How Do Poker Tournaments Work?

How Do Poker Tournaments Work?

How Do Poker Tournaments Work?


Poker tournaments online are hugely popular, and a great way either to learn the game or take on a challenge at the highest levels. For a fixed buy-in, you can play poker knowing that that’s all it will cost – and a deep run in a large event can turn a small investment into a big win.

Tournament Basics

In tournament poker, every player buys in for a set amount and receives the same number of chips at the start. The difference between tournaments and cash games is that these chips have no cash value, and you can’t jump in and out – tournaments play down to an overall winner as players get eliminated along the way.

Blinds and Increasing Stacks

In cash games, blinds are fixed, while in tournaments, they get bigger as the tournament progresses. This keeps the action going while players’ stacks get larger as they absorb the eliminated players’ chips.

Prize Distribution

Prize money is awarded to players who reach the top finishing positions, depending on the structure of the tournament. The prize pool will usually be distributed between the top 10-30% of the field, with prize amounts increasing as the tournament progresses. Full information on each tournament’s total prize pool and distribution of prize money is available in the lobby.

Satellite Tournaments

Satellites are special tournaments in which the prizes are fixed amount entries into a goal tournament (or later stage satellite). In satellites, the available prize pool is divided up into ticket amounts, with any prize money left over that is not enough for a ticket awarded to the player finishing one place outside of the ticket-awarding spots.

Tournament Rules

Here are some important rules to keep in mind during a poker tournament:

  1. Entrance Fees: Entrance fees are shown in the lobby next to the buy-in of a tournament. For example, a $100 + $10 tournament will put $100 of your buy-in towards the prize pool, and $10 is the entrance fee.

  2. Late Registration: There is usually a period after a tournament has started (shown in the tournament info) during which you can still buy in and join the game. After this period ends, no new players can join, and the tournament plays down to a winner.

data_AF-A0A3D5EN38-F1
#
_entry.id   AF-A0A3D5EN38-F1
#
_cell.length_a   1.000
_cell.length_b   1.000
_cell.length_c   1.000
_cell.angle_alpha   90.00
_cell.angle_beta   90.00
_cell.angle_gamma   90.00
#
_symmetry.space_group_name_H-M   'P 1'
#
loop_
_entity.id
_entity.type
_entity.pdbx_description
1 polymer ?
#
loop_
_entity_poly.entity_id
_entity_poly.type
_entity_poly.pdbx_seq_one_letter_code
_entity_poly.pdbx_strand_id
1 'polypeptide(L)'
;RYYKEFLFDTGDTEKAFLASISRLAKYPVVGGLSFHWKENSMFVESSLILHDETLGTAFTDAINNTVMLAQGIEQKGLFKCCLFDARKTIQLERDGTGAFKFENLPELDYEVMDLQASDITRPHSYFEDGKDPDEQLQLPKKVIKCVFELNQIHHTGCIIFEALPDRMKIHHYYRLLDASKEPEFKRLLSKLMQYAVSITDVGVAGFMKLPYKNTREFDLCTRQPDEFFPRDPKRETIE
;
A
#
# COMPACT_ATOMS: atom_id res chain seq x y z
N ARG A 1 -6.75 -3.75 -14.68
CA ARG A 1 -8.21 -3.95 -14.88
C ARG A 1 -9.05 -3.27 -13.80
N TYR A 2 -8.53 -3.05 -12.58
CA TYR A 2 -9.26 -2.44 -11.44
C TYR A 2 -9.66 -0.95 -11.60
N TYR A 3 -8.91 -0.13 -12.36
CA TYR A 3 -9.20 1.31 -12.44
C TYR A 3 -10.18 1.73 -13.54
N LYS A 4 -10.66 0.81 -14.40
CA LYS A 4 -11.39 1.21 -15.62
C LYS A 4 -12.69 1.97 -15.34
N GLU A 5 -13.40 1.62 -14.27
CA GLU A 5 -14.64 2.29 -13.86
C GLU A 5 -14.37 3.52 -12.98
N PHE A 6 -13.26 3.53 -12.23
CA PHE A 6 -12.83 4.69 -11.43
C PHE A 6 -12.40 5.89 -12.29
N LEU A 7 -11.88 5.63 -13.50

3. Seating: Players are seated randomly with their starting stack when a tournament starts. As new players join during late registration, new tables are created, and players may be moved to balance the numbers on each table. As players bust out, the tournament condenses, and tables are “broken,” which again involves some players being moved to new seats as necessary.

  4. Absent Players: All players must be dealt into every hand. Any blinds or antes are posted automatically for players who are sat out (away or disconnected), and their hand is folded when action comes to them.

  5. Tournament Speeds and Structures: There are a variety of structures and speeds of tournaments available, ranging from slow to hyper turbo. These variations cater to players who prefer different pacing and blinds rising speeds.

  6. Tournament Types: Tournaments can have different formats, such as bounty or knockout (KO) tournaments and progressive bounty (PKO) tournaments. These formats place a portion of every player’s buy-in as a bounty on their head, adding an extra element of excitement to the game.

  7. Hand-for-hand Play: In tournaments with fields over 100 players, hand-for-hand play is introduced as the money bubble approaches. This means that one hand at a time is dealt on all tables, and play is paused until every table has completed that hand.

  8. Simultaneous Eliminations: If two players bust out in the same hand, the player with the higher number of chips at the start of the hand will be recorded as finishing in the higher position.

  9. Heads Up Blinds: When a tournament gets to the heads-up stage (two players remaining), the button posts the small blind and acts first in the initial betting round.

  10. Timebank and Disconnection Timer: Players have a pre-set shot clock for their turn, and there’s a longer timebank they can activate. If the timebank runs out, the player’s hand will be folded. There’s also a disconnect timebank that starts when the system recognizes a disconnection.

  11. Synchronized Breaks: Most tournaments have breaks at the same time, once an hour.

  12. Multiple Flights: In multi-flight events leading to a Final Day, players can enter more than one flight. The highest finishing stack from qualifying flights is carried forward to the next stage.

  13. Tournament Cancellation Policy: The tournament cancellation policy varies depending on the stage reached. The organizers reserve the right to delay or cancel a tournament without prior notice, and specific refund policies apply.


Understanding how poker tournaments work is essential for any player looking to participate in these exciting events. By familiarizing yourself with the rules, structures, and dynamics of tournaments, you can improve your chances of success and enjoy the thrill of competition. Remember to always check the specificdetails and rules of the tournament you are participating in, as they may vary depending on the platform and event. Good luck and have fun playing poker tournaments!